Review of the literature and proposed guidelines for the use of oral ribavirin as postexposure prophylaxis for Lassa fever

Clin Infect Dis. 2010 Dec 15;51(12):1435-41. doi: 10.1086/657315. Epub 2010 Nov 8.


Lassa fever is an acute viral hemorrhagic illness; the virus is endemic in West Africa and also of concern with regard to bioterrorism. Transmission of Lassa virus between humans may occur through direct contact with infected blood or bodily secretions. Oral administration of the antiviral drug ribavirin is often considered for postexposure prophylaxis, but no systematically collected data or uniform guidelines exist for this indication. Furthermore, the relatively low secondary attack rates for Lassa fever, the restriction of the area of endemicity to West Africa, and the infrequency of high-risk exposures make it unlikely that controlled prospective efficacy trials will ever be possible. Recommendations for postexposure use of ribavirin can therefore be made only on the basis of a thorough understanding and logical extrapolation of existing data. Here, we review the pertinent issues and propose guidelines based on extensive review of the literature, as well as our experience in this field. We recommend oral ribavirin postexposure prophylaxis for Lassa fever exclusively for definitive high-risk exposures. These guidelines may also serve for exposure to other hemorrhagic fever viruses susceptible to ribavirin.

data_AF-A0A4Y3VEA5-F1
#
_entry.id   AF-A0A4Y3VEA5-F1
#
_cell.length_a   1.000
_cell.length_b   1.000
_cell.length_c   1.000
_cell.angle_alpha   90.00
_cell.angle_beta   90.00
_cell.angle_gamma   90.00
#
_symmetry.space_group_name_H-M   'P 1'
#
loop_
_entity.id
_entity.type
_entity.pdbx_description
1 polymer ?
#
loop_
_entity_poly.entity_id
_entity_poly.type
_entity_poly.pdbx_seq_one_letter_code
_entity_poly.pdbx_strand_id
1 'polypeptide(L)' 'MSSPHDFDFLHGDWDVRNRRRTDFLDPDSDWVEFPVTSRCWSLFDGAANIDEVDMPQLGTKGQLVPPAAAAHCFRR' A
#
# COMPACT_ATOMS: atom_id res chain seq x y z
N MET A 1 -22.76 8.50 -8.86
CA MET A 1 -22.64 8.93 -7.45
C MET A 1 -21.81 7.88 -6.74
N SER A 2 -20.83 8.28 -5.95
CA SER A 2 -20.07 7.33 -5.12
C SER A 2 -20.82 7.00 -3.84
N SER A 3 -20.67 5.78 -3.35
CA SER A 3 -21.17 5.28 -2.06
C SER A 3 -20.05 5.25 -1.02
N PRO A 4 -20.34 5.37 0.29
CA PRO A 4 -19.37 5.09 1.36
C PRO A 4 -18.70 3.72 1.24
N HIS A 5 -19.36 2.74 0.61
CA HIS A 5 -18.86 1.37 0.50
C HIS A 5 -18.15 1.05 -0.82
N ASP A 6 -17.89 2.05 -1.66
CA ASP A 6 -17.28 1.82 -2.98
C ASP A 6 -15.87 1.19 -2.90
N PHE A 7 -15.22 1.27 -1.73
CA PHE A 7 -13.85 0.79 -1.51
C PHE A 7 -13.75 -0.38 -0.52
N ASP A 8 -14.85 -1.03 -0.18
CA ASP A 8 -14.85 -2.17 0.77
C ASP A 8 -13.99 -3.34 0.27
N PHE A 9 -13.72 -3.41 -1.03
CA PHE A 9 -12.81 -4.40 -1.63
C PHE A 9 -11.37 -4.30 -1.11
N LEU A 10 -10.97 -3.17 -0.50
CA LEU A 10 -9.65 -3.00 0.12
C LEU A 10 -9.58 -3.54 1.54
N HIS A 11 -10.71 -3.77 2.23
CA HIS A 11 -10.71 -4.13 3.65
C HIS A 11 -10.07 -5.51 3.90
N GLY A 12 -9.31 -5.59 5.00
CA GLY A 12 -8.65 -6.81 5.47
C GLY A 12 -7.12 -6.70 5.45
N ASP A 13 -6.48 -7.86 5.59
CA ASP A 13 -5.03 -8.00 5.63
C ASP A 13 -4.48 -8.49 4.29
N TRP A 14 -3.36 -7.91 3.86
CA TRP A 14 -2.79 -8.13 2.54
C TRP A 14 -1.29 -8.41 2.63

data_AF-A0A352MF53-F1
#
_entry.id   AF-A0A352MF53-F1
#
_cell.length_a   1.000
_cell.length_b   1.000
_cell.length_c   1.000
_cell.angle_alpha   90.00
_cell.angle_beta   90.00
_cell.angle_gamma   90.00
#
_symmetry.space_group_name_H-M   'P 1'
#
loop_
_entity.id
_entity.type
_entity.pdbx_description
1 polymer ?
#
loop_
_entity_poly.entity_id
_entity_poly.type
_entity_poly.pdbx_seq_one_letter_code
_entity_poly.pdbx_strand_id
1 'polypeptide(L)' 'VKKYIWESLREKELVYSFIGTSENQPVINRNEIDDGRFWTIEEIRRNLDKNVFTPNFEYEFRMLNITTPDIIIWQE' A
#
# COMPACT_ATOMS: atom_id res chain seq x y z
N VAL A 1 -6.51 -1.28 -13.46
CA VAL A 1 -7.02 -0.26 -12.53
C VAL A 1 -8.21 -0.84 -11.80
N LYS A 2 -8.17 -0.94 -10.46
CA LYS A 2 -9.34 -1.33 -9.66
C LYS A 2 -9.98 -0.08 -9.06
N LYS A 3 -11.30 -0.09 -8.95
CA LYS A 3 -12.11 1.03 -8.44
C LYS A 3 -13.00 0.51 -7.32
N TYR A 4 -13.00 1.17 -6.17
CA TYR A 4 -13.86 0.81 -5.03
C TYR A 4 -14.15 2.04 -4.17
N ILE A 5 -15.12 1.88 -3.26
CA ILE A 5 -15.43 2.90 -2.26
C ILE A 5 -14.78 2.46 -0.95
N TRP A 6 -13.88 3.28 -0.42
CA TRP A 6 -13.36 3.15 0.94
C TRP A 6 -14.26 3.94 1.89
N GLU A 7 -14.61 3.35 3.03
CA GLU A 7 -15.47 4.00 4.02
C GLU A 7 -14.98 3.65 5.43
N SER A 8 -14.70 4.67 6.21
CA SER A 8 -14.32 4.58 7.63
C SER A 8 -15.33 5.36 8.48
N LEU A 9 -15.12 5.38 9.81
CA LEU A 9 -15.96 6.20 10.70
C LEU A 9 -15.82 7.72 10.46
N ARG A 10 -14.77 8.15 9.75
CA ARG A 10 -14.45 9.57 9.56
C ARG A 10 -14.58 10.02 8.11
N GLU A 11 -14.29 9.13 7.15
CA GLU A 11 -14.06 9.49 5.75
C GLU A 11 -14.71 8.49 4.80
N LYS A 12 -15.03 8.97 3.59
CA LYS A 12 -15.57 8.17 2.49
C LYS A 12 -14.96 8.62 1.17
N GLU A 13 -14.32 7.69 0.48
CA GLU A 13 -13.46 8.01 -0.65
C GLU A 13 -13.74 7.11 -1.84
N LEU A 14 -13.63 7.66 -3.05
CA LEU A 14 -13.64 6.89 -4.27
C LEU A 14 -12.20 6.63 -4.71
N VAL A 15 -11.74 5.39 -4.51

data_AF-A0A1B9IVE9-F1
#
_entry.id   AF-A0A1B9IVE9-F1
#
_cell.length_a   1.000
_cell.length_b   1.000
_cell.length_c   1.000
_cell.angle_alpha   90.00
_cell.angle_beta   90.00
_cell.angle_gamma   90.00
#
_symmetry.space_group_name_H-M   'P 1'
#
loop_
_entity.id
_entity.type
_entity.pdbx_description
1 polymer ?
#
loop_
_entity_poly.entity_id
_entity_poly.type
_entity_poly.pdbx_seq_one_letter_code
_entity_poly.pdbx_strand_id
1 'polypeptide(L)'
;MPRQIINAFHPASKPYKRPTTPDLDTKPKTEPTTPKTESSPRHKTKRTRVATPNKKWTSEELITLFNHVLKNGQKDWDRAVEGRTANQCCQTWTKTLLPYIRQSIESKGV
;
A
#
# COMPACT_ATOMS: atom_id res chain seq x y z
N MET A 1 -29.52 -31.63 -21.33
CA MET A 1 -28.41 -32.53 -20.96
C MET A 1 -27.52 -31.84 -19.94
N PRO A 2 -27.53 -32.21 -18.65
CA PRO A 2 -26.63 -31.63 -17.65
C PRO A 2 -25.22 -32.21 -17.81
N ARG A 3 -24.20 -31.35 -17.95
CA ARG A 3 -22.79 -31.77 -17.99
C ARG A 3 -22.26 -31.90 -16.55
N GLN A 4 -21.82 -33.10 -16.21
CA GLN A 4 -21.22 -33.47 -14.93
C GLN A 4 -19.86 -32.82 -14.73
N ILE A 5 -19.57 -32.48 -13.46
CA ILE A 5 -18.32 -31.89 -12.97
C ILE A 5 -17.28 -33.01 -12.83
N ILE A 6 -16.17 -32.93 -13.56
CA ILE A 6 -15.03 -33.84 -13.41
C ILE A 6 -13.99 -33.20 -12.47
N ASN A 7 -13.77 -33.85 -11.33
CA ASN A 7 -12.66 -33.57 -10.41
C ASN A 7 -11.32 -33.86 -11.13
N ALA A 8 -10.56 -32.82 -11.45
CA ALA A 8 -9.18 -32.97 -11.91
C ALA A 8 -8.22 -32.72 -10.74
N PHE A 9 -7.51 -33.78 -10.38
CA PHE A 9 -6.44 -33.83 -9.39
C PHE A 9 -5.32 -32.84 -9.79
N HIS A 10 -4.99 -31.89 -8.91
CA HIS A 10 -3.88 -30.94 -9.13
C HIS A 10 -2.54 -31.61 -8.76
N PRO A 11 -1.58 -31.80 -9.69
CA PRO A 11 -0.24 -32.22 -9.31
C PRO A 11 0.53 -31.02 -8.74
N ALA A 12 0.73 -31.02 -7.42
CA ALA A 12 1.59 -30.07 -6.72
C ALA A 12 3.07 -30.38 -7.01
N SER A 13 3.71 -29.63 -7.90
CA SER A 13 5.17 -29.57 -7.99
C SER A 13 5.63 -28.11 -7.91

Publication types

  • Research Support, Non-U.S. Gov't
  • Review

MeSH terms

  • Antiviral Agents / administration & dosage*
  • Chemoprevention / methods*
  • Humans
  • Lassa Fever / drug therapy
  • Lassa Fever / prevention & control*
  • Practice Guidelines as Topic*
  • Ribavirin / administration & dosage*


  • Antiviral Agents
  • Ribavirin